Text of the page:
The US Food and Drug Administration (FDA) is calling for the strongest warning possible to be added to an asthma drug's label, due to the potential for a life-threatening allergic reaction. The new alert for omalizumab (Xolair), marketed by Genentech Inc., draws attention to anaphylaxis as a possible side effect of the medication.
Anaphylaxis is a sudden, potentially life-threatening allergic reaction that can include trouble breathing, tightness in the chest, dizziness, fainting, itching and hives and swelling of the mouth and throat.
Xolair was approved in 2003 to treat adults and adolescents 12 years and older with moderate to severe persistent allergic asthma whose symptoms can't be fully controlled with inhaled steroids.
According to one study, adding Xolair to a patient's medication regimen helps cut emergency medical visits. It also decreases the rate of asthma exacerbations.
Anaphylaxis due to an injection of Xolair has occurred at a rate of about one in 1,000 patients, the FDA said.
The new warning discusses the possibility of patients developing anaphylaxis after any dose of Xolair, even if there was no reaction to the first dose. Also, the reaction may occur up to 24 hours after administration of the drug.
"I think more allergists are going to equip patients with EpiPens (anaphylaxis remedies) to be able to utilize them, based upon the black box warning. It would be prudent that anybody who's on Xolair make sure they get one of the commercially available epinephrine sources like an EpiPen," said Dr. David Weldon, director of Allergy and Pulmonary Lab Services at Scott & White Clinic, in College Station, Texas.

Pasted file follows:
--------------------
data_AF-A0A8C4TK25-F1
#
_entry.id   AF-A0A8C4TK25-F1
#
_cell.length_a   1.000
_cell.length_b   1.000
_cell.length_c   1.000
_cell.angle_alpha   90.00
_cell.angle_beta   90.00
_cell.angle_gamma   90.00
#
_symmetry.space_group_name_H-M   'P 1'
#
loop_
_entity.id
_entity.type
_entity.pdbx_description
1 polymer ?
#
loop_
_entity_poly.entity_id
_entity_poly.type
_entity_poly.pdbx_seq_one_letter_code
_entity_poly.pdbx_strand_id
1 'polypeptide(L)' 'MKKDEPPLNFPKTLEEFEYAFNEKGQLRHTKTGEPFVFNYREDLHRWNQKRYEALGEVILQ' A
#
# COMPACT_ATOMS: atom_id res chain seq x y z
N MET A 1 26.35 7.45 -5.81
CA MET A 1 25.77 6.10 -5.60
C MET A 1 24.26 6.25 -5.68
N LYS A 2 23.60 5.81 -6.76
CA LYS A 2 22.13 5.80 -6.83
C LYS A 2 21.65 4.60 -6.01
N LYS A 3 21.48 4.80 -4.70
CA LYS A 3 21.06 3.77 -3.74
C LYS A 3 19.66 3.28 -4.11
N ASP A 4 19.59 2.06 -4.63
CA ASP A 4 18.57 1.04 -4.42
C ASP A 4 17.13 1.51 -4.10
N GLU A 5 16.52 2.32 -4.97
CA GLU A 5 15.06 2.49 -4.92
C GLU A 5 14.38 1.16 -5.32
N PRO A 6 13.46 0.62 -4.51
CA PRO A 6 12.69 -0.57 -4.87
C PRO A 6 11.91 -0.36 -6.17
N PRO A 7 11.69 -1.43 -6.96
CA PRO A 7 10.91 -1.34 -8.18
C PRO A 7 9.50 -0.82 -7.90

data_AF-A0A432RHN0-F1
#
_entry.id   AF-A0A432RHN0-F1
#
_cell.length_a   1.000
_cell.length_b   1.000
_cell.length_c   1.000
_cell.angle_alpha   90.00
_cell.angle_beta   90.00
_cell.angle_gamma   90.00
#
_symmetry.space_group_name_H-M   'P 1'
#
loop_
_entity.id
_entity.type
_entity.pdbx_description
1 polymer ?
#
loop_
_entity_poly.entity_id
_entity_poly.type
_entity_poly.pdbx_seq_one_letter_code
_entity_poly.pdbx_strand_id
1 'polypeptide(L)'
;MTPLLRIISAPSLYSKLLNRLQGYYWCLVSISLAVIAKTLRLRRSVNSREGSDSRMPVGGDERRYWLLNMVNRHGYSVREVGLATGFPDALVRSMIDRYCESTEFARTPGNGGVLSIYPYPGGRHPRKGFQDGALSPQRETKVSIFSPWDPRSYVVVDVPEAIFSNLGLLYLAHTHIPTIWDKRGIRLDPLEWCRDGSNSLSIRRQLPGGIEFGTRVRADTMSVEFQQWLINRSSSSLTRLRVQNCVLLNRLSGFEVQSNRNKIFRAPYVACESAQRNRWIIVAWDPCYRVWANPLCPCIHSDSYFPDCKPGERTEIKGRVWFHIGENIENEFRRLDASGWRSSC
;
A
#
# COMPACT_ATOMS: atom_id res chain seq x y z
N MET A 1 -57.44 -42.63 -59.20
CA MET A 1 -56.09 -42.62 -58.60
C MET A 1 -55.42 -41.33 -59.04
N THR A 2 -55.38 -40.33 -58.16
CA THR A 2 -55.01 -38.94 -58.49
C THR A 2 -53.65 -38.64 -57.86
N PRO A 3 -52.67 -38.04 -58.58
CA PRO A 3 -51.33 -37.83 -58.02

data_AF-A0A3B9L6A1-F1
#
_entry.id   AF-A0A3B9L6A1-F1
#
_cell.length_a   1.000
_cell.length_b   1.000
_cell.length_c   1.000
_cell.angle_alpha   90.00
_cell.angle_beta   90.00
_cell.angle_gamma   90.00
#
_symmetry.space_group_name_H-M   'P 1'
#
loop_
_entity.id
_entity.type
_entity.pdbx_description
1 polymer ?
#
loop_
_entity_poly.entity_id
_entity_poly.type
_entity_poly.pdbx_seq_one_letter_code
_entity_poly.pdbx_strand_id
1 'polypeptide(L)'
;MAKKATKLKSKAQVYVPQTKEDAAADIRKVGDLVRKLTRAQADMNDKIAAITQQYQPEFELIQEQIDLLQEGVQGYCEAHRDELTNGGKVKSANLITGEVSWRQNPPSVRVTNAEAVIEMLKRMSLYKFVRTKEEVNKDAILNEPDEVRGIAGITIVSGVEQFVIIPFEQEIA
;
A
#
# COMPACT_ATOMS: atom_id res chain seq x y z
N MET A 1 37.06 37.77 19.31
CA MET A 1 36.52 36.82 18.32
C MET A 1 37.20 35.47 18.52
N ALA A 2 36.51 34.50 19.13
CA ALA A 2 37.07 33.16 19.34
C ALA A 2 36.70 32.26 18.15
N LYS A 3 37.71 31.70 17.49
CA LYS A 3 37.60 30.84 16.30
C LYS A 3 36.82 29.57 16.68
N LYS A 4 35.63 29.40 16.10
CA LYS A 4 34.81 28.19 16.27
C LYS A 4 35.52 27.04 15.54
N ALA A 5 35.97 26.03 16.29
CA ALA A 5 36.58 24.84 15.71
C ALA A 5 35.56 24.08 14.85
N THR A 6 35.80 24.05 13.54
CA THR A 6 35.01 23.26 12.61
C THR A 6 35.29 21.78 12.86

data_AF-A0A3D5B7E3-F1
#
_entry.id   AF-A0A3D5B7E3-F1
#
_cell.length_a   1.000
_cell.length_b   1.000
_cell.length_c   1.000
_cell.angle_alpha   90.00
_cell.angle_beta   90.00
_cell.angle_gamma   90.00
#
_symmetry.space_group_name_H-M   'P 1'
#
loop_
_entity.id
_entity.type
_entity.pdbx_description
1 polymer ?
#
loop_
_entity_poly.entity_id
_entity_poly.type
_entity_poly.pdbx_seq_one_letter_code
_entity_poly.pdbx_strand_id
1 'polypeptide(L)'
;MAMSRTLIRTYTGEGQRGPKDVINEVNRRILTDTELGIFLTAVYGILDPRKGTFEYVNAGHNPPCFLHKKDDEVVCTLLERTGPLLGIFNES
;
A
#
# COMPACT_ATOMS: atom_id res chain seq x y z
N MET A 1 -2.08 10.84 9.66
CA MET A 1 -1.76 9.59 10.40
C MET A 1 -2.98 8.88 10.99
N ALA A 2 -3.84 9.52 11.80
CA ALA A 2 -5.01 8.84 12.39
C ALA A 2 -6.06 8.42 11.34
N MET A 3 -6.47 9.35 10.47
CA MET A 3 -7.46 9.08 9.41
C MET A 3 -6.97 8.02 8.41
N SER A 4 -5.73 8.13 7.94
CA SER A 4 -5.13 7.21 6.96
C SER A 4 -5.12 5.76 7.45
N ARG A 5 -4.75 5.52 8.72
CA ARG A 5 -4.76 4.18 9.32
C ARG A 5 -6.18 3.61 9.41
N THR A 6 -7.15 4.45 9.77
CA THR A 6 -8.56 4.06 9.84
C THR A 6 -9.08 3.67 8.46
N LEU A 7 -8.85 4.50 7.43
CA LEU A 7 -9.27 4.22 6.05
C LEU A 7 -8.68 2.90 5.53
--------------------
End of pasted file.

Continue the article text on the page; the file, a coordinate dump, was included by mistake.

And Yucynthia Jean-Louis, president of the Asthma and Allergy Foundation of America (AAFA), said the group recognizes the importance of new treatments such as Xolair in fighting moderate to severe asthma. "AAFA encourages the companies and the FDA to continue to work together to assure a product label that is in the best interest of patients," she said.
Fish Oil May Fight Asthma?
Athletes who took 5.4 grams of omega-3 fatty acids daily had an 80% improvement in lung capacity, a benefit for athletes with exercise-induced asthma.
Theory: Omega-3s, found in fish oil, may reduce inflammation, so lungs dilate more easily.
Smoking Quadruples Teens' Asthma Risk
Adolescents who smoke are about four times more likely to develop asthma during their teen years than those who don't smoke, researchers warn. "The results of our study provide clear evidence that regular smoking increases the risk for asthma and that important chronic adverse consequences of smoking are not restricted to individuals who have smoked for many years," said Dr. Frank D. Gilliland, of the Keck School of Medicine at the University of Southern California.
Gilliland's group collected five to eight years of data on more than 2,600 grade school children with no prior history of wheezing or asthma. The team uncovered 255 cases of new-onset asthma. Children who smoked 300 or more cigarettes a year were nearly four times more likely to develop asthma than nonsmokers.
Surprisingly, the researchers found that this increased asthma risk in smokers was stronger in children with no history of allergies than in those who had allergies.
"The clinical and public health implications of our findings are far-reaching. Effective tobacco control efforts focusing on the prevention of smoking in children, adolescents and women of childbearing age are urgently needed to reduce the number of these preventable cases of asthma," Gilliland said.